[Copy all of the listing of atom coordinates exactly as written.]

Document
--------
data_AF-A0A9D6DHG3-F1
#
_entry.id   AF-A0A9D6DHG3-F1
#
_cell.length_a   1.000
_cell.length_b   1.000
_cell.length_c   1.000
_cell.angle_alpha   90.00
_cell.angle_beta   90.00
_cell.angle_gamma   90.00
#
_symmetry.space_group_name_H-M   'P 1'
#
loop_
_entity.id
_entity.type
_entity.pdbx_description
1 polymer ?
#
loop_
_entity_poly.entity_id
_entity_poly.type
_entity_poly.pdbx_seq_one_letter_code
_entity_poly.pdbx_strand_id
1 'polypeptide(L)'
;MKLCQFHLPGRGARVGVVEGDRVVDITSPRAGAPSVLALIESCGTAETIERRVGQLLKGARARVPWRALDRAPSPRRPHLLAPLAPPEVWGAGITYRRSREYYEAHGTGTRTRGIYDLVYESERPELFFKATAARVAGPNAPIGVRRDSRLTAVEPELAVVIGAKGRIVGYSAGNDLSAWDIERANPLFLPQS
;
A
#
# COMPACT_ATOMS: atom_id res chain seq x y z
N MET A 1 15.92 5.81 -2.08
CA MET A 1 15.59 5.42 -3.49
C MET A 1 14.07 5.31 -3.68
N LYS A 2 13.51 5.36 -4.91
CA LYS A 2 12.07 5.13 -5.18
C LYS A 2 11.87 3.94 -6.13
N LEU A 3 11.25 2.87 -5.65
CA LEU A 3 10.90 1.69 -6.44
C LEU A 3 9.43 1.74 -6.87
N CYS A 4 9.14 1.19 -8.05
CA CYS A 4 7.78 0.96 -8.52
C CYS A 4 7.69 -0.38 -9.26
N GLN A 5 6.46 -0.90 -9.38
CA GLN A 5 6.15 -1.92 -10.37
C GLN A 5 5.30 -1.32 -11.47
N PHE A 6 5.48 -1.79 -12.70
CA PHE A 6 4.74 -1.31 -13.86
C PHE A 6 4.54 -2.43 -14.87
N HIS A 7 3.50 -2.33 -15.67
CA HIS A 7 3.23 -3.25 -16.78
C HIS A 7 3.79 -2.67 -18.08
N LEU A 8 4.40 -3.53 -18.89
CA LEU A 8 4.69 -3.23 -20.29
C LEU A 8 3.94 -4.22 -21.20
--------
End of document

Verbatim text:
data_AF-A0A9D6DHG3-F1
#
_entry.id   AF-A0A9D6DHG3-F1
#
_cell.length_a   1.000
_cell.length_b   1.000
_cell.length_c   1.000
_cell.angle_alpha   90.00
_cell.angle_beta   90.00
_cell.angle_gamma   90.00
#
_symmetry.space_group_name_H-M   'P 1'
#
loop_
_entity.id
_entity.type
_entity.pdbx_description
1 polymer ?
#
loop_
_entity_poly.entity_id
_entity_poly.type
_entity_poly.pdbx_seq_one_letter_code
_entity_poly.pdbx_strand_id
1 'polypeptide(L)'
;MKLCQFHLPGRGARVGVVEGDRVVDITSPRAGAPSVLALIESCGTAETIERRVGQLLKGARARVPWRALDRAPSPRRPHLLAPLAPPEVWGAGITYRRSREYYEAHGTGTRTRGIYDLVYESERPELFFKATAARVAGPNAPIGVRRDSRLTAVEPELAVVIGAKGRIVGYSAGNDLSAWDIERANPLFLPQS
;
A
#
# COMPACT_ATOMS: atom_id res chain seq x y z
N MET A 1 15.92 5.81 -2.08
CA MET A 1 15.59 5.42 -3.49
C MET A 1 14.07 5.31 -3.68
N LYS A 2 13.51 5.36 -4.91
CA LYS A 2 12.07 5.13 -5.18
C LYS A 2 11.87 3.94 -6.13
N LEU A 3 11.25 2.87 -5.65
CA LEU A 3 10.90 1.69 -6.44
C LEU A 3 9.43 1.74 -6.87
N CYS A 4 9.14 1.19 -8.05
CA CYS A 4 7.78 0.96 -8.52
C CYS A 4 7.69 -0.38 -9.26
N GLN A 5 6.46 -0.90 -9.38
CA GLN A 5 6.15 -1.92 -10.37
C GLN A 5 5.30 -1.32 -11.47
N PHE A 6 5.48 -1.79 -12.70
CA PHE A 6 4.74 -1.31 -13.86
C PHE A 6 4.54 -2.43 -14.87
N HIS A 7 3.50 -2.33 -15.67
CA HIS A 7 3.23 -3.25 -16.78
C HIS A 7 3.79 -2.67 -18.08
N LEU A 8 4.40 -3.53 -18.89
CA LEU A 8 4.69 -3.23 -20.29
C LEU A 8 3.94 -4.22 -21.20